Hiring a security guard to protect your property is the oldest and most popular method of security. It’s easy to see why so many businesses choose this path.

Many business owners — as well as their staff and customers – feel safer with a security guard on site. Would-be burglars are deterred by security guards.

In the event that a crime occurs, security driver are on hand to deal with the situation promptly and quickly, giving company owners piece of mind.

While onsite security personnel may have been the greatest option in the past, video surveillance technology has improved to the point that it is now a stronger physical security strategy, delivering many of the benefits of onsite guards without the liabilities and flaws.

Liabilities of Security Guards

Employing a security guard who is never called into action is the ideal security outcome for any firm.

The presence of the guard alone would dissuade all crime, eliminating the need to engage a suspect. But we all know this isn’t the case.

Crime occurs when the security guard is on duty for a variety of reasons, and here is where legal liability comes into play.

For instance, your business could be held accountable if:

All of these instances can have major legal ramifications for your company, not to mention put your security guard and other onsite employees in danger.

The good news is that, thanks to recent improvements in video technology, live remote video monitoring services (RVMS) can provide businesses with many of the advantages of physical security guards without the legal obligations and risk.

RVMS, such as Pro- Vigil’s, provide live “virtual guards” who provide full monitoring, deterrent, and site security in the same way that real guards do, but from distant operations centers rather than onsite.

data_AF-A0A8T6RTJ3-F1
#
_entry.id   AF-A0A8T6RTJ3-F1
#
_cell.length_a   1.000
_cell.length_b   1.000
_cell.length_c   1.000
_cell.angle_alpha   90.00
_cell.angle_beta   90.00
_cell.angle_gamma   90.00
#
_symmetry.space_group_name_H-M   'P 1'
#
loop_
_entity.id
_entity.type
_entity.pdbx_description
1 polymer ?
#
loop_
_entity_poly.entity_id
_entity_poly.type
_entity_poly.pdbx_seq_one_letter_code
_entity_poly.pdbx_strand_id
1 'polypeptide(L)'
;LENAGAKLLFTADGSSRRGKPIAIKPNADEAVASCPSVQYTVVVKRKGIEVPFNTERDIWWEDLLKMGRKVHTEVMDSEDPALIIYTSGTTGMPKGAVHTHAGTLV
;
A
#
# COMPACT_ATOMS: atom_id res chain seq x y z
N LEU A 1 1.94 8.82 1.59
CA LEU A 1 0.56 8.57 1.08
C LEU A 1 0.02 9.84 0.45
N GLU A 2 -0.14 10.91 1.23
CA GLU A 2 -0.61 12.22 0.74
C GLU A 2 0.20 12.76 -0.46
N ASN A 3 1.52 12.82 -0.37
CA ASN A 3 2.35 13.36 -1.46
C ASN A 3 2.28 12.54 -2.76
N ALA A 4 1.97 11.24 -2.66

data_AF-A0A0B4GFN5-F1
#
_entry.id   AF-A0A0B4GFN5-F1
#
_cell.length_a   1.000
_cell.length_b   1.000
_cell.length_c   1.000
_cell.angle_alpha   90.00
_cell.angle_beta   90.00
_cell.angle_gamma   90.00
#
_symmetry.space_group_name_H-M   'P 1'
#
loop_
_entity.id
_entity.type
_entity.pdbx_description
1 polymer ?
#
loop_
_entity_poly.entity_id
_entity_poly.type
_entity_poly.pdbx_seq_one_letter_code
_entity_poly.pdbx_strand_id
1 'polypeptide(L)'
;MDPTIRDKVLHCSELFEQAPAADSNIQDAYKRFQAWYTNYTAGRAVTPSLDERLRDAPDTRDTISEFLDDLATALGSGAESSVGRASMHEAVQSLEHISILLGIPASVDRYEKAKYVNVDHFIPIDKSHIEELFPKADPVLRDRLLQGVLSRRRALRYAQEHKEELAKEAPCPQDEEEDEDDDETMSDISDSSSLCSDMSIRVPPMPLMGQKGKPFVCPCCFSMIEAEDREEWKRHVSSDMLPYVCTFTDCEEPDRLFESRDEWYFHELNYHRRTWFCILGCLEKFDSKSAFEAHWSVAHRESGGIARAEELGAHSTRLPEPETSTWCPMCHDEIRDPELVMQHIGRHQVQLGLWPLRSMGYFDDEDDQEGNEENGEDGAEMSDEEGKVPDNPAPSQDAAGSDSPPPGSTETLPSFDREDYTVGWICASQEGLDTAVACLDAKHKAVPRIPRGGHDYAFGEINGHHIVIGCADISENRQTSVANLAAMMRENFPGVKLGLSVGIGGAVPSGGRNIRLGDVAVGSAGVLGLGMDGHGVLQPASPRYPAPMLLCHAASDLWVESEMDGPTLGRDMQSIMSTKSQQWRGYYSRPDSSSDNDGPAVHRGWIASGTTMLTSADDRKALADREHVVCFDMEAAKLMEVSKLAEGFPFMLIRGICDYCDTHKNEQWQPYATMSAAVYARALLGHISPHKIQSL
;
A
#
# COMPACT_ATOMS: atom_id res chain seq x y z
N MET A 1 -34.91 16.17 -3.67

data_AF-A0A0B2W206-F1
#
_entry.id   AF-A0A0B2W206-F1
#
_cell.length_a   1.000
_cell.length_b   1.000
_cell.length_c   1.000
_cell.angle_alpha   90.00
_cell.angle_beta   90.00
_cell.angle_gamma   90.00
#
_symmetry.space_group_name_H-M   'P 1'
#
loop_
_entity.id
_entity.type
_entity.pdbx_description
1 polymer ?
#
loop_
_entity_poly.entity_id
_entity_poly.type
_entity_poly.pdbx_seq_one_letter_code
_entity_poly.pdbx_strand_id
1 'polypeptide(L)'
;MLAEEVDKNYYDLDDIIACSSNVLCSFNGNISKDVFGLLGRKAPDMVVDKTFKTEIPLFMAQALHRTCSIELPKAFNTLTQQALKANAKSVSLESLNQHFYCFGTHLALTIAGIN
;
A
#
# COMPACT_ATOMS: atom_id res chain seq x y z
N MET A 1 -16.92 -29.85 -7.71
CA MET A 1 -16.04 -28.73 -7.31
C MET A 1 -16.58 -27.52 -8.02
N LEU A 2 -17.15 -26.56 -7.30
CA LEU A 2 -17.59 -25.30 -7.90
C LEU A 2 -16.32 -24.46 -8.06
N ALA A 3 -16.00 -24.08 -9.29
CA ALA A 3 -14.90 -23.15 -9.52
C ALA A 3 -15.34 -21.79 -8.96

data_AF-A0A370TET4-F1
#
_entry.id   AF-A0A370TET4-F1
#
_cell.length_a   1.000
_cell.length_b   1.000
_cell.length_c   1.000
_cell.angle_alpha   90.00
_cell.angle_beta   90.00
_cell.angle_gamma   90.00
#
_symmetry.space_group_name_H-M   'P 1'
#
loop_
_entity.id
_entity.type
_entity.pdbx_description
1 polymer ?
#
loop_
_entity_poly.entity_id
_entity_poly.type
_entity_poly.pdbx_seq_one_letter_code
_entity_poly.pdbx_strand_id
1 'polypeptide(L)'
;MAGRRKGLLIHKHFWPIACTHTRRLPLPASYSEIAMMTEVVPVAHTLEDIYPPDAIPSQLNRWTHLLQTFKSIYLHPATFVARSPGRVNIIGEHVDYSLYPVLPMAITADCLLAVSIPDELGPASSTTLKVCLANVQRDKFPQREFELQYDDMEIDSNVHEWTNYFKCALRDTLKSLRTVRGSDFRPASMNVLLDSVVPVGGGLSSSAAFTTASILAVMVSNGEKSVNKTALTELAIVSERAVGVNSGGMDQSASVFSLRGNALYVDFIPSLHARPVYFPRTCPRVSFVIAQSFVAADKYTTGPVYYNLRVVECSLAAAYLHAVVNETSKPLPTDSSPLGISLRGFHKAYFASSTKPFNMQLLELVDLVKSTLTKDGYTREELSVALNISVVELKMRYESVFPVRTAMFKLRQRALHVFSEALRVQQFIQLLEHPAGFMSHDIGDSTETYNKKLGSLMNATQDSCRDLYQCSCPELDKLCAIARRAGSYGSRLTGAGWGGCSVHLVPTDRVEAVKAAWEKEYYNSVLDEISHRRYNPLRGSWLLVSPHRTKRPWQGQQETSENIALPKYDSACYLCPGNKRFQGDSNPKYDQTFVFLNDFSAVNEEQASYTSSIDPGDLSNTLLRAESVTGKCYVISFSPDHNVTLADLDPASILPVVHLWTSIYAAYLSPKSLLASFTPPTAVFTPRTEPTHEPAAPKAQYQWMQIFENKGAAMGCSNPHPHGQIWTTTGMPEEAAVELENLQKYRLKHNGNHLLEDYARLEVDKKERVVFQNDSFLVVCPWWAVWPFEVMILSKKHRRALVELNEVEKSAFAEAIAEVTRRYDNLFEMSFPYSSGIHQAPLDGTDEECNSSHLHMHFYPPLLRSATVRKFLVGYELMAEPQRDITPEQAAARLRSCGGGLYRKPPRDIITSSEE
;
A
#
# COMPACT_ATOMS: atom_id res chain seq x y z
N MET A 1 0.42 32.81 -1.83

Because they don’t have a physical presence on your site, all the liability scenarios we just detailed are no longer a risk.

We understand that utilizing remote guards eliminates the requirement for an onsite physical presence to deter crime, but that’s fine because you don’t need a live body to deter crime and apprehend criminals.

To deter would-be offenders, virtual guards can remotely activate audio and visual components such as flashing lights and pre-recorded vocal warnings. They can also immediately notify business owners or authorities if necessary. Virtual guards may often react equally as quickly as onsite guards, if not faster.

Human Flaws are Overcome by Technology

Aside from legal ramifications, there are a few more factors to consider when determining whether to hire a physical security guard or use an RVMS with virtual guards.

You’ll always have to deal with the human factor when hiring a physical security guard.

Security guards are human, and they get sick, have bad days, make mistakes, and even fall asleep on the job.

Consider the following dangers: “Microsoft determined that since the year 2000 (about when the mobile revolution began), the average attention span has plummeted from 12 seconds to eight seconds,” according to Time.com.

There’s no reason to believe security officers have significantly longer attention spans than the general public. They are diverted from providing full-time surveillance and deterrence by their mobile devices, other job commitments, and other factors.

All of these are human flaws that organizations cannot control and that crooks can detect and exploit.

RVMS, on the other hand, mitigates these risks by integrating people, technology, and processes. Technology never gets ill, sleeps, or becomes distracted.

Virtual guards have a supervisor on duty at all times, ensuring that security specialists are only focused on your organization. Virtual guards working at a distant facility alongside coworkers are also less likely to fall asleep or become distracted than a single guard stationed at the front of your property.

Finally, while security guards are only as good as their line of sight, RVMS security cameras provide round-the-clock, 360-degree coverage – and they can record and save HD footage to the cloud, so it’s always available when needed.

For example, if a theft, vandalism, or other crime occurs on your property, RVMS allows you to quickly locate and access the incident in question to obtain the information you need to report the crime and possibly apprehend the perpetrator.

Reviewing archived footage can also help you figure out what went wrong so you can plug any security gaps.